Investing advice, how to hedge for higher inflation: Morgan Stanley – Business Insider
Inflation has been, and continues to be — perhaps surprisingly — largely left off the list of investor concerns since the US government rushed to provide economic stimulus following the COVID-19 outbreak.
But according to an Aug. 3 note from Mike Wilson, the chief US equity strategist at Morgan Stanley, it would be a mistake to overlook the risk of price increases across a range of goods and services.
Wilson says inflation could very well be on its way because money-supply growth, a leading indicator, is at an all-time high as monetary and fiscal policy makers support markets and the economy.
Further, while inflation isn’t showing up in longer-term interest rates, Wilson points to the increase in breakevens — the gap between nominal bonds and their inflation-protected counterparts — and the rising prices of gold and silver as indicators of a coming rise.
Investors who disagree with Wilson widely cite the lack of inflation after the economic stimulus deployed in response to the Great Financial Crisis over a decade ago. But Wilson argues that the circumstances aren’t the same, pointing to the amount and breadth of stimulus in 2020, including “helicopter money” to individuals and businesses, paycheck protection and Main Street lending programs, and guaranteed banks loans through the CARES Act.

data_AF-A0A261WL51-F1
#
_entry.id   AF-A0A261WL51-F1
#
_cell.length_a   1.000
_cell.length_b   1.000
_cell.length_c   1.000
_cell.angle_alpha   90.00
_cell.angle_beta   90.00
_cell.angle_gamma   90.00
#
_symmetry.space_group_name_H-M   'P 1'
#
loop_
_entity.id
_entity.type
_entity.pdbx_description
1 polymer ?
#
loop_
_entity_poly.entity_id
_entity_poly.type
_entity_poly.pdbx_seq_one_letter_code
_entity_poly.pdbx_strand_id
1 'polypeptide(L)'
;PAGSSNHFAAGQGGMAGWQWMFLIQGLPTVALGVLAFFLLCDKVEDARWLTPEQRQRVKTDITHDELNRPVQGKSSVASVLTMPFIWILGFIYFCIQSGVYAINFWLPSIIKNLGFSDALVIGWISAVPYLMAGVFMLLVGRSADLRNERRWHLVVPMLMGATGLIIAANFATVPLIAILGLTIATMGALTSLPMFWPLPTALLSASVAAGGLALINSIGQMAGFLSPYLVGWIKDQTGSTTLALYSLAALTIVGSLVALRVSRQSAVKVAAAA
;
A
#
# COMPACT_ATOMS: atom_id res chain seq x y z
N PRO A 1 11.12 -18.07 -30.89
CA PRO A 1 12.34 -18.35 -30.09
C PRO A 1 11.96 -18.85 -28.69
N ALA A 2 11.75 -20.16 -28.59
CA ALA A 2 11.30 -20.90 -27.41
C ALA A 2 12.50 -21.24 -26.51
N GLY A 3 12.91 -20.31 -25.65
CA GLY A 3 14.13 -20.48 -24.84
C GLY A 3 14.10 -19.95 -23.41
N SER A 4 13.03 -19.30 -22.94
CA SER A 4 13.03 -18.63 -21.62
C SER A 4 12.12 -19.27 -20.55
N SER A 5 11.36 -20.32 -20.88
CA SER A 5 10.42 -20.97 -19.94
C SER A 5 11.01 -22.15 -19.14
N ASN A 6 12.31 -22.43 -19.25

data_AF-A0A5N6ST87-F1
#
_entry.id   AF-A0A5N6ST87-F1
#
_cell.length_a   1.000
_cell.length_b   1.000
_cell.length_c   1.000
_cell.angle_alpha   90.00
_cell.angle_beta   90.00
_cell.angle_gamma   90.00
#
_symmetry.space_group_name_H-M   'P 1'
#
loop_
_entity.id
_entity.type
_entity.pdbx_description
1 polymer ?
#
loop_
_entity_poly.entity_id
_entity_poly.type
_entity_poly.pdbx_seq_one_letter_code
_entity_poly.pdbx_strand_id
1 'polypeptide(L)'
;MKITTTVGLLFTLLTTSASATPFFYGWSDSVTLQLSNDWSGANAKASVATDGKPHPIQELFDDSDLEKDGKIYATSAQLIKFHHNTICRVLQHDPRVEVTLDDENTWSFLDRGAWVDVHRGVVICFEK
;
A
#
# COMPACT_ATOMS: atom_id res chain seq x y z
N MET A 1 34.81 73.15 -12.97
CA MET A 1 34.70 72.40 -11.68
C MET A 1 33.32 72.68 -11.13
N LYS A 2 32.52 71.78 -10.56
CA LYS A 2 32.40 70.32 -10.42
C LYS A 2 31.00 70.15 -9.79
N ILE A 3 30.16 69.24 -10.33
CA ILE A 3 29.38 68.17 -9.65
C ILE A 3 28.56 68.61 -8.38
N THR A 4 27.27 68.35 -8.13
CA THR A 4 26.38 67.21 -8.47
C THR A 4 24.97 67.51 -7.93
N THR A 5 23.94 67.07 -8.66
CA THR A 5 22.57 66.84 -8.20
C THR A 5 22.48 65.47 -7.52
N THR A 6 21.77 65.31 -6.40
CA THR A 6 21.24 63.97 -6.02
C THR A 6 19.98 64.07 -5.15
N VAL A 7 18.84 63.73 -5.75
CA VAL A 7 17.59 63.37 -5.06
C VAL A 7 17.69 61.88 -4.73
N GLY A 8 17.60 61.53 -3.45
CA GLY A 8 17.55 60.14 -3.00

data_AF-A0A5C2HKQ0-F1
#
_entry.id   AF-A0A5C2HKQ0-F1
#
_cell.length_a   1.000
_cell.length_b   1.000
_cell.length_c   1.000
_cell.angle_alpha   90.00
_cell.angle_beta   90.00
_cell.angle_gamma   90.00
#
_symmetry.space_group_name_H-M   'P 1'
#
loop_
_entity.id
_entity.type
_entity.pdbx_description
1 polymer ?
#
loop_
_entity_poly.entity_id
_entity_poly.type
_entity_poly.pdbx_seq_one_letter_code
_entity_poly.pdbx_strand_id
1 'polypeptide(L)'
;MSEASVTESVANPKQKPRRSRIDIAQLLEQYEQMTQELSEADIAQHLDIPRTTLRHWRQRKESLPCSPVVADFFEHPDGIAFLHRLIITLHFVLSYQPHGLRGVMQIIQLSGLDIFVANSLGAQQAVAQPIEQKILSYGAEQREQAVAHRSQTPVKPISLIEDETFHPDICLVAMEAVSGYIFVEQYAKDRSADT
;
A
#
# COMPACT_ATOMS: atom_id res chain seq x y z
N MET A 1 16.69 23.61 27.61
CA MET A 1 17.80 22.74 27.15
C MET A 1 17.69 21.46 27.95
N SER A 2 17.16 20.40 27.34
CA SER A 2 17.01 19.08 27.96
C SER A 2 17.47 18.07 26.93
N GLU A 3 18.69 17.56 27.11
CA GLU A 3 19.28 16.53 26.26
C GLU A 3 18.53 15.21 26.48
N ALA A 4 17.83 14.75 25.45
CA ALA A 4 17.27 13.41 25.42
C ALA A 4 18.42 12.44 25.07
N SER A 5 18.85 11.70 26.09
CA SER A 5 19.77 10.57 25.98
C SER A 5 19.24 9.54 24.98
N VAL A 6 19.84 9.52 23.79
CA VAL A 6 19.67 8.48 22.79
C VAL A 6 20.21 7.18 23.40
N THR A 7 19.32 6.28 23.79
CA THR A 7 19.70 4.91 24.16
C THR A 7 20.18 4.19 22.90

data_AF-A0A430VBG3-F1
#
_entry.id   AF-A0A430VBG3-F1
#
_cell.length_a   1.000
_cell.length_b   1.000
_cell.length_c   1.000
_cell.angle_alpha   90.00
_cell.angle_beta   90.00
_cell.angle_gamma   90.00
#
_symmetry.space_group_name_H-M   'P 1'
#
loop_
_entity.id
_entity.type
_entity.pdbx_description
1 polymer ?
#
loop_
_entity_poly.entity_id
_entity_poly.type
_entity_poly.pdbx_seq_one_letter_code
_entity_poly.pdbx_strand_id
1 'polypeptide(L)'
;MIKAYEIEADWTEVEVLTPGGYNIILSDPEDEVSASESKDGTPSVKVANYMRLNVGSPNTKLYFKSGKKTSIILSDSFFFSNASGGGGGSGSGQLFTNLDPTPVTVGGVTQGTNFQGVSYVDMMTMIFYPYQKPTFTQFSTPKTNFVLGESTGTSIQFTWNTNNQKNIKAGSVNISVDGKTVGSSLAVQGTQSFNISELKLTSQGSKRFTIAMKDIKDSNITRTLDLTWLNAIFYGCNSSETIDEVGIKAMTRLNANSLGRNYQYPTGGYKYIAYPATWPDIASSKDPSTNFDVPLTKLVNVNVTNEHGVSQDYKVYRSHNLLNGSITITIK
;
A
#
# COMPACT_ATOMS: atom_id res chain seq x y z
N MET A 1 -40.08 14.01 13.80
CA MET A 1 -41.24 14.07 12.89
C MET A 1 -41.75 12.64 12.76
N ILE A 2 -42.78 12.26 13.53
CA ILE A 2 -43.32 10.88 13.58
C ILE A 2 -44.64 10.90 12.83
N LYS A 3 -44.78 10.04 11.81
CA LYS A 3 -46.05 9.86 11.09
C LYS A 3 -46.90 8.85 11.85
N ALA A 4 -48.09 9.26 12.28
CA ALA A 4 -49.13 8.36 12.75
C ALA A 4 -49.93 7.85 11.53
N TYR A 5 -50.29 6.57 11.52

These circumstances are “potentially more inflationary than appreciated which means back end rates can rise,” Wilson said in the note. “Very few portfolios are prepared for such an outcome. Such shifts can happen quickly when they are so unexpected.”
How to prepare your portfolio for rising inflation
Wilson points out that cyclical stocks have historically outperformed during inflationary periods. He also says that a weakening US dollar and better-than-expected Q2 earnings so far will benefit cyclicals.
As such, he recommends skewing portfolios even more toward cyclicals than normal.
“With many cyclical stocks and sectors recently underperforming on concerns about the recovery, the pitch may be fattest here for new investments,” Wilson said. “This is not to say the COVID beneficiaries/growth stocks can’t do well too, but the valuation and positioning is already reflective of the strong recovery in such stocks.”
Wilson also says he expects a 10% market correction in the very near term, driven by currently crowded stocks that have led gains since March.
But such a correction would be followed by a broadening bull market, he says.
“Once that correction is complete we expect the bull market to continue and broaden out based on what we think will continue to be a surprising recovery in the economy and earnings later this year and into 2021,” Wilson said.